Each piece of Franco’s art is intentionally different from the others. He views each piece as an opportunity to try a new thing. Franco also stressed that there is a lot more going on in his artwork than what you may originally see.
“Part of art is the ability to convey the ineffable, the things that are hard to express,” Franco said.
His art pieces often deal with broader themes like greed, fraud and gender, as well as life’s biggest questions like who we are and what makes us tick. Franco, a historian by trade, brings in his understanding of history and topics he discusses in his courses.
While teaching about Dante’s “Inferno” in his Foundations of Western Civilization course, Franco discussed fraud, which became the focus of multiple artworks. Franco noted that it is often after he completes a piece when he is able to figure out the story or significance.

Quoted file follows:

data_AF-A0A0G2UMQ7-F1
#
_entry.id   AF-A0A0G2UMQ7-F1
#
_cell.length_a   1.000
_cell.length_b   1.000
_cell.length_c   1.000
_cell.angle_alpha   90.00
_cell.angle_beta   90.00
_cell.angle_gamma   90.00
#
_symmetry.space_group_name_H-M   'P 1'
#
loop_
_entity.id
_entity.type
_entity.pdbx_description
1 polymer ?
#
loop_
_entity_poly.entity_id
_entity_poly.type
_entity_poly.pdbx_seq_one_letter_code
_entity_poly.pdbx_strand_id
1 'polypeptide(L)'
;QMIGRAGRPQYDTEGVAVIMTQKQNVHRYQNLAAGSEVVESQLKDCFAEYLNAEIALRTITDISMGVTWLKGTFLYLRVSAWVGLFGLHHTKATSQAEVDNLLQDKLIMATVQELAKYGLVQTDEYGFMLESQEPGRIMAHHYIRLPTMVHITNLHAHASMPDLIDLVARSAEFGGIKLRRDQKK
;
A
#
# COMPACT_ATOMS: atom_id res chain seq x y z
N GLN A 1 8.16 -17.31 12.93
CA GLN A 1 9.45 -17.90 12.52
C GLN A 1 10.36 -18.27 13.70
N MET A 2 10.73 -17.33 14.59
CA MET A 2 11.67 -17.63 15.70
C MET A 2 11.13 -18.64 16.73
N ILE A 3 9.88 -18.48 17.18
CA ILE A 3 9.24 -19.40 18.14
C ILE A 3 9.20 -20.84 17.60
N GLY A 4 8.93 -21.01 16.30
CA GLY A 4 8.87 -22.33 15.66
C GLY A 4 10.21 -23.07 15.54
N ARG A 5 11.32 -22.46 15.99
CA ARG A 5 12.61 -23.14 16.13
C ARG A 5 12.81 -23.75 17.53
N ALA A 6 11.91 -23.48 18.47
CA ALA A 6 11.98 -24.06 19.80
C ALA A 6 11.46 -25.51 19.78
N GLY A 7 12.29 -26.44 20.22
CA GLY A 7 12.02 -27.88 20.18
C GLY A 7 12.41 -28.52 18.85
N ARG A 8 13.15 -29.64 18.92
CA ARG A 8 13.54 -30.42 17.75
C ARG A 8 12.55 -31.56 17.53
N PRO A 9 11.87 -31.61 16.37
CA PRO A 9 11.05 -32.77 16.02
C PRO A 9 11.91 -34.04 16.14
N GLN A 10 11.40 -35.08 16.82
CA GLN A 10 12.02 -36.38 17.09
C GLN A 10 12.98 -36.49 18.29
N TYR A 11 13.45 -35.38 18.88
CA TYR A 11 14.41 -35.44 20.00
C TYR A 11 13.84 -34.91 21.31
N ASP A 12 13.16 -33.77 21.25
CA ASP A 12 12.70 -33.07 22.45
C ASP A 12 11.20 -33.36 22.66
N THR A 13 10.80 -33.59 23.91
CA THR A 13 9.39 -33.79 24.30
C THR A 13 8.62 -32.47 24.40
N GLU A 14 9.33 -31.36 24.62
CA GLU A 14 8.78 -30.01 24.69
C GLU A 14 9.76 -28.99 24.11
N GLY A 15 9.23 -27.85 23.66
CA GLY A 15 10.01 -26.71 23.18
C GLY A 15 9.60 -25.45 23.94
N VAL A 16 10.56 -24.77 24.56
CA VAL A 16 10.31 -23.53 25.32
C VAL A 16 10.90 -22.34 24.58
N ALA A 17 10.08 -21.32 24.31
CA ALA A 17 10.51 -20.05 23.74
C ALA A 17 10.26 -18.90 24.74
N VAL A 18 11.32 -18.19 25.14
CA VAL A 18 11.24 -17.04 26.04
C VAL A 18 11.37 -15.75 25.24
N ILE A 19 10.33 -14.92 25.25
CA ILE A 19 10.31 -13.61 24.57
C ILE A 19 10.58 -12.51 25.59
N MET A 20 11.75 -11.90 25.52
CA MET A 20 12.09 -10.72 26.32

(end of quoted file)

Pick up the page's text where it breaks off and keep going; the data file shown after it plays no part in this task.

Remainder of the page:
Franco realized that the process of making art allows a lot of time for thinking and reflection, which was appropriate for his sabbatical. Often, there is an unconscious part of his mind that makes the art for him, he said.
“My hand is moving and I don’t know what I am drawing or where this is going,” Franco said. “You start to trust your unconscious self. The key for you is to get out of the way.”
In those first few months of drawing, Franco would often lose himself in this creative experience.
“The first month, every time I made something, I would not be able to believe that I made it,” Franco said. “Because, central to my identity, the one thing I was terrible at in life was art. And to suddenly be able to make things that I think are cool, and other people think are cool. Honestly I had fear that I would lose this ability. It was like a superhuman magic power.”